All Sugars Are Not (Created) Equal: Part 2

It’s really a matter of what else you are (or aren’t) getting with the sugars you consume and who it’s created by when considering which carbohydrate-containing foods you decide to put into your system.  I interjected the word “created” above, because it’s a good rule of thumb to think of the ultimate creator of the foods that we consume.  How close is the product that you’re consuming to its original form in nature?  Is it made from whole wheat flour made from ground up grains, is it a fruit picked straight from the tree, is it a grain ground up and bleached to make white flour and made into something else even further, or as with most of the food-like substances of today, is it a host of substances and chemicals further manipulated by man.

Our food system has made it harder and harder to know the natural source of what we’re eating (not to mention the often unknown chemicals used to preserve and treat our food!). Take a 90-calorie FiberOne bar with a whopping 5 g of fiber as an example.  With fiber being the nutrition buzzword of 2011 and beyond, one could easily consider this an optimal food choice.  Look at the ingredient list, however, and think for a moment where the ingredients come from and how much chemical processing the original substances had to undergo to get to its current state.  When we see brown rice syrup for example, yes this comes from rice but the sugar is chemically extracted (organic chemistry anyone?).  We also see a host of un-pronounceable gums, colorings, and other chemical additives!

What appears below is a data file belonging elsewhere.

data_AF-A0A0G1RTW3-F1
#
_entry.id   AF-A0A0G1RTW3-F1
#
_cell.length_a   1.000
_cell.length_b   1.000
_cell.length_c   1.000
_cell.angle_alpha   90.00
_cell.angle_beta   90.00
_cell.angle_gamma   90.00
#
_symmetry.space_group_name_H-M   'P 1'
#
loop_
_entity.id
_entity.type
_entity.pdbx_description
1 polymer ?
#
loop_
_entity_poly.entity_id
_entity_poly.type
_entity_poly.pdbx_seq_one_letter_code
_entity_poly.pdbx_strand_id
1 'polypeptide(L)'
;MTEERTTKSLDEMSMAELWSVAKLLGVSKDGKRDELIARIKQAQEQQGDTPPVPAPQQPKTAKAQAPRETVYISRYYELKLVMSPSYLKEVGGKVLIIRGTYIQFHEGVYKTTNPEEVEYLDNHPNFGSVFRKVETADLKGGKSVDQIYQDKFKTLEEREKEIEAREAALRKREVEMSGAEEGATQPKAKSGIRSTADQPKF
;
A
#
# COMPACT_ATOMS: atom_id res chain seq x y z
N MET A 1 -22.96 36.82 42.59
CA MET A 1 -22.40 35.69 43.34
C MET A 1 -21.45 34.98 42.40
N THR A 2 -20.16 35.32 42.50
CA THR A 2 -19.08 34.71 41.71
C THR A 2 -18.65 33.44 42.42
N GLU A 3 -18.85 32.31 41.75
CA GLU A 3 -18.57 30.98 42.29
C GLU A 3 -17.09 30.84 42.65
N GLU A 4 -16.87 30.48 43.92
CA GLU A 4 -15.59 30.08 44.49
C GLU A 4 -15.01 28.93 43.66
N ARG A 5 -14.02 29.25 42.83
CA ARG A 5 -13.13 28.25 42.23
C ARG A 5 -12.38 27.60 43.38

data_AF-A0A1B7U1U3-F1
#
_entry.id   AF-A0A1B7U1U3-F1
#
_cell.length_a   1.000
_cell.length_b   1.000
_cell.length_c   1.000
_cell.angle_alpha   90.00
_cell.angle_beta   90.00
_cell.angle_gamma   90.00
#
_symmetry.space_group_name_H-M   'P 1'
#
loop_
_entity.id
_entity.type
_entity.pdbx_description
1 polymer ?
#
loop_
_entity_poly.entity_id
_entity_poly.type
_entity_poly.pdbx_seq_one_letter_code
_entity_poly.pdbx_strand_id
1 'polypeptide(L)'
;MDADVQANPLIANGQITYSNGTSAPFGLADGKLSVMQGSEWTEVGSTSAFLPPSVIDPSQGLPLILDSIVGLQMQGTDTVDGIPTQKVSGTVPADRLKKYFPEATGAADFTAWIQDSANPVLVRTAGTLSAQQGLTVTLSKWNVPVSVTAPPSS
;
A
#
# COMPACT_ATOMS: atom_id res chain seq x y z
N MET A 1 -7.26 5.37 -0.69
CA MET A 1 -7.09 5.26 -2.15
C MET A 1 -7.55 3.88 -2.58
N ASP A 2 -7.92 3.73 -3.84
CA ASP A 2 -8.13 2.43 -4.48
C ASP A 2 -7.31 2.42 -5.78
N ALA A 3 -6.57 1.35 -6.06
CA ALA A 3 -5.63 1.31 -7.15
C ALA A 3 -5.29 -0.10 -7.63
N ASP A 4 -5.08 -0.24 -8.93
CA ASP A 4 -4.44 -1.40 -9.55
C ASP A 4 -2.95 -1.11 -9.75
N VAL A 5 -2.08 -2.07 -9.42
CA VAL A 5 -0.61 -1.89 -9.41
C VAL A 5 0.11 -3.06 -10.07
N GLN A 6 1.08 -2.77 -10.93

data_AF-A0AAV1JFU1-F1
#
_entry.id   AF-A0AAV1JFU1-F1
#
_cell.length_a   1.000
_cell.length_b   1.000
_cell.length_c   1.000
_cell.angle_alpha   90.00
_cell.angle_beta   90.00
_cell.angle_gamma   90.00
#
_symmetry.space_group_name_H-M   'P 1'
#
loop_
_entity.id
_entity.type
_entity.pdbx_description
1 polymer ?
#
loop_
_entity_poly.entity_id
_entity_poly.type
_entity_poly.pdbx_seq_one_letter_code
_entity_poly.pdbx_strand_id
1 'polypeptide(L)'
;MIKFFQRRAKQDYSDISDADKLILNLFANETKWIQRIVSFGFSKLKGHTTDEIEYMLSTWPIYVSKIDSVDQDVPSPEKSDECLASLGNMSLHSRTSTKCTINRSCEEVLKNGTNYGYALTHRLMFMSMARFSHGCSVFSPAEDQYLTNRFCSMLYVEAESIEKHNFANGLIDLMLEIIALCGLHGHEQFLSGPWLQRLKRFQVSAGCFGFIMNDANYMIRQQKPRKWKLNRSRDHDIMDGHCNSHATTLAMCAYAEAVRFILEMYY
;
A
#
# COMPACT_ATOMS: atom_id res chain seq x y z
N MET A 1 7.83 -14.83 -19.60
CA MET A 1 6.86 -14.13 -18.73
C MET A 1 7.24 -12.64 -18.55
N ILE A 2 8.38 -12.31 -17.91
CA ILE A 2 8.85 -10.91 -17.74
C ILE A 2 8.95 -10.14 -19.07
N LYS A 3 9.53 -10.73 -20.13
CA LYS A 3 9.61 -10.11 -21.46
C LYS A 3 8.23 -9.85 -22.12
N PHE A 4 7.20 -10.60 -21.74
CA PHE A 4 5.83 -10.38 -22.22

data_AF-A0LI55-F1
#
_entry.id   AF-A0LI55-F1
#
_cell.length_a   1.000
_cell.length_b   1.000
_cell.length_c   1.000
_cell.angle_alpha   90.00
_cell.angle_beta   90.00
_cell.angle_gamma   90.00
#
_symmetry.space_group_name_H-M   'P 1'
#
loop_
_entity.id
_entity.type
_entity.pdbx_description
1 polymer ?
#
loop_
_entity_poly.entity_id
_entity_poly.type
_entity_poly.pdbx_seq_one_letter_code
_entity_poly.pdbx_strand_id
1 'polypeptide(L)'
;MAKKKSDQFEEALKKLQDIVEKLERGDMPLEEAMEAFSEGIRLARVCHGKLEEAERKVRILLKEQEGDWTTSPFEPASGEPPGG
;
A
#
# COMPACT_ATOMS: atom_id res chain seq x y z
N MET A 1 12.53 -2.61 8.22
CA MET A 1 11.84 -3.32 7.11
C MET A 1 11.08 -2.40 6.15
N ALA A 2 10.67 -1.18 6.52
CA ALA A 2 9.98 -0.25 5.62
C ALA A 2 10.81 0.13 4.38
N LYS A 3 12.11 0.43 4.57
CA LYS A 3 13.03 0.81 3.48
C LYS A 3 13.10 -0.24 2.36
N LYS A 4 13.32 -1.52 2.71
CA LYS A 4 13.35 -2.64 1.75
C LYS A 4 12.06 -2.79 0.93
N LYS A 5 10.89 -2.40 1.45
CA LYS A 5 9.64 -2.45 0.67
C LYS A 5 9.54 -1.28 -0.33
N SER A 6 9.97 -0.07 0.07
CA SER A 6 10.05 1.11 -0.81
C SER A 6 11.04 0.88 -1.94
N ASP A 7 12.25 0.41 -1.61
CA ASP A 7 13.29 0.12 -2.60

With all this in mind, the better choice would be to grab an apple (2-3 g fiber) with a handful of nuts (2-3 g fiber) as your snack instead of grabbing the chemical potpourri also known as the FiberOne bar.  Cook up some brown rice to go with dinner (3-4 g fiber) instead of consuming the brown rice derivative in the bar, and you’ve got even more fiber.  Not only would you be getting the natural fiber of the real food (which doesn’t come with such elaborate advertising I might add) but also naturally occurring B-vitamins (from the grains), vitamin C (from the apple), heart healthy fats (from the nuts), vitamin E (from the nuts) and a host of known and unknown phytochemicals (quercetin, for example, is one known phytochemical in apples).  For those saying, “I take my multivitamin daily, so there’s less of a reason for me to eat real food”–know that a vast majority of vitamins, minerals, and phytochemicals found in nature are optimally absorbed into our systems compared to that in pill form.

So the bottom line–take note that all sugars are not created equal and (for the vast majority of the time) choose foods that are as close to how they exist in nature as possible.  And please, don’t skimp on the bananas!  

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